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September 03, 2011

LightsOut Ohio Sheds Light on Unnecessary Energy Use


By Rich Fein, Portage Trail Group Conservation Chair

[That's Fein, above at right, with (l to r) fellow Portage Group leaders Laurel Gress, Paul Feezel, Neal Broida, and Dan Nelson.]

LightsOut Ohio engages schools, workplaces, and religious institutions throughout all of Summit County, Ohio, to turn off non-essential lights during the day, relying on natural light, in order to become more aware of how we use energy unnecessarily and to change our behaviors.

Activists with the Portage Trail Group (Akron-Canton area) sent letters and follow-up phone calls to public school curriculum directors and private/parochial school directors, informing them of the program and asking for their participation.

We included summaries of the full package of services we offered, including tools for communicating the program throughout the school system, handouts, a website with grade-specific, energy-related lessons selected from key environmental educational organizations, and endorsements from political leaders and an advisory board of science educators. Fourteen of 17 public schools agreed to participate.

For businesses, we reached out through the use of viral emails, encouraging Sierra Club members and others to initiate the program at their places of work. The Mayor of Akron, Summit County's major city, and the County Executive both agreed to encourage workers to turn off lights in their offices. We also partnered with the major local newspaper to issue a multiple-run, full-page guide with energy conservation tips for both homes and workplaces.


[Note: This photo was intentianally taken in low-light conditions 'just for kicks."]

We produced and distributed various handouts announcing the event, with energy-saving tips. One was a school handout to take home with a class assignment. We also produced posters for workplaces, with energy-saving ideas for the home on the flip side. We developed a website with grade-appropriate lesson plans selected from various noted environmental organizations:

We estimate that 40-to-60 percent of all school children in Summit County participated in the program by turning off non-essential lights for at least one hour on Earth Day. Many also participated in energy-related classroom and take-home assignments.

An unknown number of businesses and government agencies participated, but some of the larger businesses in the county did participate. Thirty-eight registered and received certificates of participation, but we believe that many others participated without reporting.

Major factors that led to success were:

1) Focusing on group behavior, encouraging whole organizations to participate. We needed to encourage only one key contact to then gain the support of the rest of the organization.

2) Staging the event on Earth Day, when people were more aware and prepared to address environmental concerns.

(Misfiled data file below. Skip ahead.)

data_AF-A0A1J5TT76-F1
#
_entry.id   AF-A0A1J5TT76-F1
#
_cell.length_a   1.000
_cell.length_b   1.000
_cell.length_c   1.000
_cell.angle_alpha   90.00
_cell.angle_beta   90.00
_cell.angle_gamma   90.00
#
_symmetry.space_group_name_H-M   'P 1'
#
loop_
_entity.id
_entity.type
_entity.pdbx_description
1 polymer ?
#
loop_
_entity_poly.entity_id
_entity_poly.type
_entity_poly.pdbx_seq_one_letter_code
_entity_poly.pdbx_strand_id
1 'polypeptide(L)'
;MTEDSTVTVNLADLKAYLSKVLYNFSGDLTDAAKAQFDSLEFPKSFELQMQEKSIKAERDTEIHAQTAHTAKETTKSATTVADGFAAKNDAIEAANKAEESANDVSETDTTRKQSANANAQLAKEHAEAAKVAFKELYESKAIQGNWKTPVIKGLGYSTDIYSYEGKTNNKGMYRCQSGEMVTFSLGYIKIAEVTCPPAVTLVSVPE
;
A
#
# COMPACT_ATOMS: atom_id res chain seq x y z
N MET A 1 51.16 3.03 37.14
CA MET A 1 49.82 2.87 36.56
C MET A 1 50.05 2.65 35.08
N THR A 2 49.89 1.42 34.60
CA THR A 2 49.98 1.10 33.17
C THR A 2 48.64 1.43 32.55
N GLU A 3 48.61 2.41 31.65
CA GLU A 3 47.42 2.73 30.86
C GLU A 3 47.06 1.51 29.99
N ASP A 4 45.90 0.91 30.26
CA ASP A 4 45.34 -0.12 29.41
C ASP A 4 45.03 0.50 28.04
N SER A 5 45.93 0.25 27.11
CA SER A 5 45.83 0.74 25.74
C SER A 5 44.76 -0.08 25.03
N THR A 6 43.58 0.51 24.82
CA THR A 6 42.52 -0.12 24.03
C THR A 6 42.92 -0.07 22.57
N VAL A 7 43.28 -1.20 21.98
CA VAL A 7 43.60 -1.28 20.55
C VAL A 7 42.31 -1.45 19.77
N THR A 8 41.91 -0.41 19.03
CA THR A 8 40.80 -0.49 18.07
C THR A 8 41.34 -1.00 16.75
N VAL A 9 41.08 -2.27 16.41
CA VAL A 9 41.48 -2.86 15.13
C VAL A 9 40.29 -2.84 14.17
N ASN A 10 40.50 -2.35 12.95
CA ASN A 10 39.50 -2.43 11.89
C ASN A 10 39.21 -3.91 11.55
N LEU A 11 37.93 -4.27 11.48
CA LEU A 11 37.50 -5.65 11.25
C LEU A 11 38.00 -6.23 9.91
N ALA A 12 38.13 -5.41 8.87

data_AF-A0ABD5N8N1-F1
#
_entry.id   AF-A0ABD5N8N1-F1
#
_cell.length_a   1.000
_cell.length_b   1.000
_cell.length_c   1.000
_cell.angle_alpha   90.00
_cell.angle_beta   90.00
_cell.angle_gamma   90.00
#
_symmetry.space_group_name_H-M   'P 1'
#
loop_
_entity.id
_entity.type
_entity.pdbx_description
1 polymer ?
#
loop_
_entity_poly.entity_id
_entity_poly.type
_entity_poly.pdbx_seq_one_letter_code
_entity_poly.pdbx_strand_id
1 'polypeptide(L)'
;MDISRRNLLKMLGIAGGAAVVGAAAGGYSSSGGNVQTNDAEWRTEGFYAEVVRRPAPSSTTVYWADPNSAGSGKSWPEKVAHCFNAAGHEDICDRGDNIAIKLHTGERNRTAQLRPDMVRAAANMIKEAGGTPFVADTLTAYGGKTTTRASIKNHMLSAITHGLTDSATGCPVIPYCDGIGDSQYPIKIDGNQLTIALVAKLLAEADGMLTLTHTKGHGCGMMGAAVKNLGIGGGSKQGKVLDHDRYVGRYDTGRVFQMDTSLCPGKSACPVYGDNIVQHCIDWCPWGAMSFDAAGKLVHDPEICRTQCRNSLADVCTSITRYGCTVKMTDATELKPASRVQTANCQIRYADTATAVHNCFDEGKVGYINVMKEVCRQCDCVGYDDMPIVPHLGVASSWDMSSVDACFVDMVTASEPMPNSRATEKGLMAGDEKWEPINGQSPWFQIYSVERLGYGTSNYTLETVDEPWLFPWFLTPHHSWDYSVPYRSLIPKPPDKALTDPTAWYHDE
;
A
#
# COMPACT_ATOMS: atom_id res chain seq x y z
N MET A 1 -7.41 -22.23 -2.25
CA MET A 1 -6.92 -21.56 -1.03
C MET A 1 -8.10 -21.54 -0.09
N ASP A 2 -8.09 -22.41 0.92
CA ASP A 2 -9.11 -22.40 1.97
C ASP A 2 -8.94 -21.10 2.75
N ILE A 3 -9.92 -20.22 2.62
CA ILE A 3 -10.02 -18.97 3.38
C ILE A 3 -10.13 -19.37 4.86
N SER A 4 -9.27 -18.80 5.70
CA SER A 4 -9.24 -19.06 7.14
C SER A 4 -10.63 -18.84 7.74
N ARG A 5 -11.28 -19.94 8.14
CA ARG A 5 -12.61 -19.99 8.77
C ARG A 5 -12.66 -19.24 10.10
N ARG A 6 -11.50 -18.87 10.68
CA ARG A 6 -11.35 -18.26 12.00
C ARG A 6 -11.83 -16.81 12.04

3) Focusing on turning off lights during the day, depending on natural light - especially in offices and schools that typically had plenty of natural light. This was more effective than asking people to try and function in the dark, using candles, dealing with nighttime security, etc.

4) Forming an advisory group of science educators, including the science curriculum specialist for the largest district, gathering their advice, and using their endorsement for recruitment letters.

5) Getting major governmental organizations to agree to participate and provide their endorsement.

6) Gaining the cooperation of a major newspaper.

Challenges we met included:

1) Recruiting volunteers, especially to assist in calling on schools, churches, etc., to participate. This requires a high level of confidence and somewhat of a sales approach. Many volunteers are not prepared to make this type of commitment and carry it out effectively.

2) Getting school systems to communicate and get participation at the building level. Some did well. Some did not.

3) Getting a website constructed efficiently an inexpensively. We originally hired a college student selected by faculty at a university. The student turned out to be unqualified, and the faculty member chose to abandon the project rather than rectify the situation. The key organizer of the event-in this case, me-knew enough about HTML to make the website sufficiently functional.

One of the key lessons we learned was that unless you have a large group of professionally qualified volunteers, it's best to focus on a specific segment. Rather than try to reach schools, businesses, and religious groups, pick just one.

It's important to find a way to engage volunteers. If you have sufficient volunteer or staff resources, it's good to partner with another key community organization or perhaps a private company to challenge the business community to get 500 organizations to register and participate.

Next time, we're considering changing the name so as to communicate that this is about more than just turning off lights-it's about changing all our energy-wasting habits. We might also change the format to encourage energy-saving actions year-round.

Have a success story to share? We'd like to hear about it. Go to the Success Stories project on the Sierra Club's Activist Network and let others learn from your experience.


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